Large scale studies have consistently linked low blood levels of carotenoids (indicative of a diet low in certain vegetables and fruits) with greater risk for cancer.

Researchers have found that carotenoids in dark green leafy vegetables can inhibit the growth of certain types of breast cancer cells, skin cancer cells, lung cancer and stomach cancer.

Results from several studies suggest that dietary folate is associated with lower risk of both colorectal adenomas (polyps which often progress into cancers) and colorectal cancer. Two large studies have suggested an association between increased dietary folate intake and reduced breast cancer risk in women who consume alcoholic beverages. In men, results from two studies indicate that diets high in leafy green vegetables and other sources of folate may reduce the risk of lung cancer, especially in smokers.

In the Iowa Women’s Health Study, women who ate the most green leafy vegetables were found to have less than half (44%) of the risk of ovarian cancer compared with subjects who ate the least amount of green leafy vegetables.

 

Flaxseed is available as flaxseed flour, flaxseed meal (which has the texture of cornmeal), flaxseed oil and whole flaxseeds. The whole seeds cannot be digested, so they provide no nutritional or health benefits unless they are ground.

Flaxseed is the best dietary source for substances called lignans. Lignans are classified as phytoestrogens (plant estrogens) because they seem to mimic the action of estrogen in the body. This behavior has been linked to reduced cancer risk. Flaxseed oil does not contain lignans (a group of phytochemicals studied for the anti-cancer abilities), but some manufacturers of flaxseed add them.

Flax is also high in one kind of omega-3 fatty acid. Omega-3 fatty acids are being studied for possible health benefits such as protecting against cancer and lowering cholesterol.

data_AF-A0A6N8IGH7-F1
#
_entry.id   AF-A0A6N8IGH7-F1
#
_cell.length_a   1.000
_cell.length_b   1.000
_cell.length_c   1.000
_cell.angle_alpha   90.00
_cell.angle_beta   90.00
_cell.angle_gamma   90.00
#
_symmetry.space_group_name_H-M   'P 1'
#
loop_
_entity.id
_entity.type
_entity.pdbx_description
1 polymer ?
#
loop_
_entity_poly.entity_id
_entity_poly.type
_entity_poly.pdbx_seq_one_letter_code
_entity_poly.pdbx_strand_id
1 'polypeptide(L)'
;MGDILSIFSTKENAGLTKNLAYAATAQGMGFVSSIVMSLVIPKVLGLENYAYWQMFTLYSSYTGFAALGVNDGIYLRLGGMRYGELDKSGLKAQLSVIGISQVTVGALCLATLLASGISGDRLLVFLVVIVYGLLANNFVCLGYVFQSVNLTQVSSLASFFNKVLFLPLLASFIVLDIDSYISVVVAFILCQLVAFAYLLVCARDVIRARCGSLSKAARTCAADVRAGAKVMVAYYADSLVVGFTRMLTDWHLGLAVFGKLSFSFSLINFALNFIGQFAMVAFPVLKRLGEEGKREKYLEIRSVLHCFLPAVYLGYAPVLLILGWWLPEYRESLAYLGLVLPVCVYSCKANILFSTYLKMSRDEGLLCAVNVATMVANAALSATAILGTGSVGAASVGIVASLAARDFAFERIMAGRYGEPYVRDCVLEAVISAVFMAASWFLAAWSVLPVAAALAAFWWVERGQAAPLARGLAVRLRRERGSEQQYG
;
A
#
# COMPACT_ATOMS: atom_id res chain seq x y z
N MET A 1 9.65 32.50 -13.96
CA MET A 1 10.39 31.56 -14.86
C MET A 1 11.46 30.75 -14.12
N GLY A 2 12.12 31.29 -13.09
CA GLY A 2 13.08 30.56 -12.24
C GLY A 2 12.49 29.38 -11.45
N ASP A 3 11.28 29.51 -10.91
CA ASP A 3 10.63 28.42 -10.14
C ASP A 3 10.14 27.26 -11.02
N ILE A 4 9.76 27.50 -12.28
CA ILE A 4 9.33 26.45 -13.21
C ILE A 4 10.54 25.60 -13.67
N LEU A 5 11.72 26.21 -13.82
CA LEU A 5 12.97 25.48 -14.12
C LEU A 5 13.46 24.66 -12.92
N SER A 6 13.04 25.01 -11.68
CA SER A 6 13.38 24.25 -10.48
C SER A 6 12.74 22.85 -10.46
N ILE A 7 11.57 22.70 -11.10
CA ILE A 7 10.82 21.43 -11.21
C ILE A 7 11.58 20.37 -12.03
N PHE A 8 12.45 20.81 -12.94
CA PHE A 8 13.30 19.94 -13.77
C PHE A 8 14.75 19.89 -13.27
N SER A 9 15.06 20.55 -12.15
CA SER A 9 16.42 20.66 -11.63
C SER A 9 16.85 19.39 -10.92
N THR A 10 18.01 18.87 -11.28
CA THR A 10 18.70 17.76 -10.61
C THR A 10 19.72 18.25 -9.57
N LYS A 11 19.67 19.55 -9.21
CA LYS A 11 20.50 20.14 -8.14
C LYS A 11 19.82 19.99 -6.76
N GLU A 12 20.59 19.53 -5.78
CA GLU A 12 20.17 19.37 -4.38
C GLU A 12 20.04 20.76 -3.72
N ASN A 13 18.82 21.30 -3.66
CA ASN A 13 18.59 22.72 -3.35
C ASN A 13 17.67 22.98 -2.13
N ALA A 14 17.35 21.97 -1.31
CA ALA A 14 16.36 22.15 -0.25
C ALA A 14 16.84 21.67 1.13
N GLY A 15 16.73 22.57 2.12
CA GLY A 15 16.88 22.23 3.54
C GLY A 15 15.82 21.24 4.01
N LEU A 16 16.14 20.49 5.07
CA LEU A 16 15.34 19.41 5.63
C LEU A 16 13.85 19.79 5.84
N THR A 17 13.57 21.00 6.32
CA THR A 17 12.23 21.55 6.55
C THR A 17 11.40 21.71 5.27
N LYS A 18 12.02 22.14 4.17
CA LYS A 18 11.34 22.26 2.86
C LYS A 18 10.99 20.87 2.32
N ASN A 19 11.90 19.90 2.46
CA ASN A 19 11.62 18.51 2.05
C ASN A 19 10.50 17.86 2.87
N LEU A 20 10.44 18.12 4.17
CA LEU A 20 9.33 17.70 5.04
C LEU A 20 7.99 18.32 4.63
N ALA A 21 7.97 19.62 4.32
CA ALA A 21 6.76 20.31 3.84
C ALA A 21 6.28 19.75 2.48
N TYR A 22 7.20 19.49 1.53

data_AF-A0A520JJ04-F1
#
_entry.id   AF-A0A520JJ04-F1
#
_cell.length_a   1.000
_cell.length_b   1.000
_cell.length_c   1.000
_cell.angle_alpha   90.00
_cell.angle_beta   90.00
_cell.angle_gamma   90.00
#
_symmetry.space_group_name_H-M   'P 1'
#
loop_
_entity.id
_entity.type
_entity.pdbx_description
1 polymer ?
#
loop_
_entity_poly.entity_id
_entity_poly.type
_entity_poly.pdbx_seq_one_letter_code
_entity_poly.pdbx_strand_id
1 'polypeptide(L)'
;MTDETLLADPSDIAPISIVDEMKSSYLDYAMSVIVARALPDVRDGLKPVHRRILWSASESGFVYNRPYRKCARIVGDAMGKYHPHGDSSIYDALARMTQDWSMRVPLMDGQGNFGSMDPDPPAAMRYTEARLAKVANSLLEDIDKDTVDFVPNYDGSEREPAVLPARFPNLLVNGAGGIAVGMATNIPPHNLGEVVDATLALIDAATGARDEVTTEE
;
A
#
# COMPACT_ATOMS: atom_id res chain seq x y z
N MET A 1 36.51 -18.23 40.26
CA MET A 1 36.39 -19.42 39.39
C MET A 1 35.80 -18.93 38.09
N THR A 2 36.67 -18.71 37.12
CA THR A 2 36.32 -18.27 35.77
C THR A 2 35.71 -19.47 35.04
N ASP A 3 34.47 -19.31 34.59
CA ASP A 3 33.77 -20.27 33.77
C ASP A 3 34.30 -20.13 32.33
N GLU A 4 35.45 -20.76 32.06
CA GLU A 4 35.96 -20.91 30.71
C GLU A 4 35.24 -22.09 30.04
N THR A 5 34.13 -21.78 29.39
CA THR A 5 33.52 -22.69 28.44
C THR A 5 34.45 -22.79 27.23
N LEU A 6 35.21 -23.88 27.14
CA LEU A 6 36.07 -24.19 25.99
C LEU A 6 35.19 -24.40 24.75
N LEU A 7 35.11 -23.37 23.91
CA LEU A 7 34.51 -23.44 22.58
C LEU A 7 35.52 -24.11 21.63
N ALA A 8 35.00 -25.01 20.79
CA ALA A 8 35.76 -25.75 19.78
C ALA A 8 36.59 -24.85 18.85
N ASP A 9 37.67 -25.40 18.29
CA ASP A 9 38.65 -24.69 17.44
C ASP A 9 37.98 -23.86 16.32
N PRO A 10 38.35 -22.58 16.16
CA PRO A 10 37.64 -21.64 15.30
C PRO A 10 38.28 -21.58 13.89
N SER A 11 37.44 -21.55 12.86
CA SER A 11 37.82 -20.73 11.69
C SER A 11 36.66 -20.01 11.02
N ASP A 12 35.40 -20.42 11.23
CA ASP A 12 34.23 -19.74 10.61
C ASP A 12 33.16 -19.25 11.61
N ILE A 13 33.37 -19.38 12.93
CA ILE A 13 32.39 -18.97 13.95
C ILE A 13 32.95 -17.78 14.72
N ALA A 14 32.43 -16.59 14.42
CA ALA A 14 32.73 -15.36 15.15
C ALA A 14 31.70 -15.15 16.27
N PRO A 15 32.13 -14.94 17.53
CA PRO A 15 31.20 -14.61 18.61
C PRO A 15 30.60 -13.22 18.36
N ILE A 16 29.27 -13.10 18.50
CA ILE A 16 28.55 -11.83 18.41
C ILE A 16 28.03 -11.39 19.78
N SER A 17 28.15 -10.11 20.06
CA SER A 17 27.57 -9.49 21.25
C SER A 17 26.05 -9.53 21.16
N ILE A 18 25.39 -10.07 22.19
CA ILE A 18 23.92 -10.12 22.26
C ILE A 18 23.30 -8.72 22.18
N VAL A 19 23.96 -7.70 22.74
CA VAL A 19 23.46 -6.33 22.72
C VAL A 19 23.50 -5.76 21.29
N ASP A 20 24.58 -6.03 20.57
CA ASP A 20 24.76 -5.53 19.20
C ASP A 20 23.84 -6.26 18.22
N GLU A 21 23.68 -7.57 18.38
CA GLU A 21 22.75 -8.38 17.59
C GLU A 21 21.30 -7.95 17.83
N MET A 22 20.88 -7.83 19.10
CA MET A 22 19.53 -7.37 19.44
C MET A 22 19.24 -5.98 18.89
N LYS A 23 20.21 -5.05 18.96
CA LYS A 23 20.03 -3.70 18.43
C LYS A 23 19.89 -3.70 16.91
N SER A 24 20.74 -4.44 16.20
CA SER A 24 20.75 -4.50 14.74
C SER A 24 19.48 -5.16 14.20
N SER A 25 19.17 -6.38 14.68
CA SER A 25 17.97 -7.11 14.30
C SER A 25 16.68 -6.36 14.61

In several laboratory studies, flaxseed has inhibited the formation of colon, breast, skin and lung tumors. However, there is some indication that the anti-cancer effect of flaxseed varied widely depending upon the variety of flaxseed and its growing conditions.

A few laboratory studies involving rats have suggested that consumption of flaxseed during pregnancy and lactation produces hormonal changes in offspring that may impact their cancer development. These findings are preliminary and warrant further study.

In some short-term human studies, consumption of flaxseed has altered estrogen metabolism in ways that may indicate a protective effect against breast cancer. To date, the laboratory and clinical work on flaxseed and breast cancer has focused on estrogen-receptor negative breast cancers. The effect of flaxseed on estrogen-positive breast cancers has not been studied.

Currently, the evidence associating consumption of flaxseed with protection against prostate cancer is less consistent; some human studies indicate an increased risk, some a decreased risk, and still others find no association at all. In a recent clinical study, however, consumption of a low-fat diet combined with daily flaxseed for 5 weeks inhibited various aspects of prostate cancer biology in beneficial ways for a small group of prostate cancer patients.

Note: High amounts of flaxseed and flaxseed oil can reduce blood clotting and promote bleeding, and may interact with drugs that that have a similar effect, such as aspirin.

Both grapes and grape juice are rich sources of resveratrol, a specific type of natural plant chemical that belongs to a much larger group of plant chemicals called polyphenols. The skin of the grape contains the most resveratrol, and red and purple grapes contain significantly more resveratrol than green grapes. Grape jam and raisins contain much smaller amounts of this phytochemical. Wine also contains resveratrol, but alcohol has been consistently associated with increased risk for breast cancer and several other types of cancer, so wine is not a recommended source.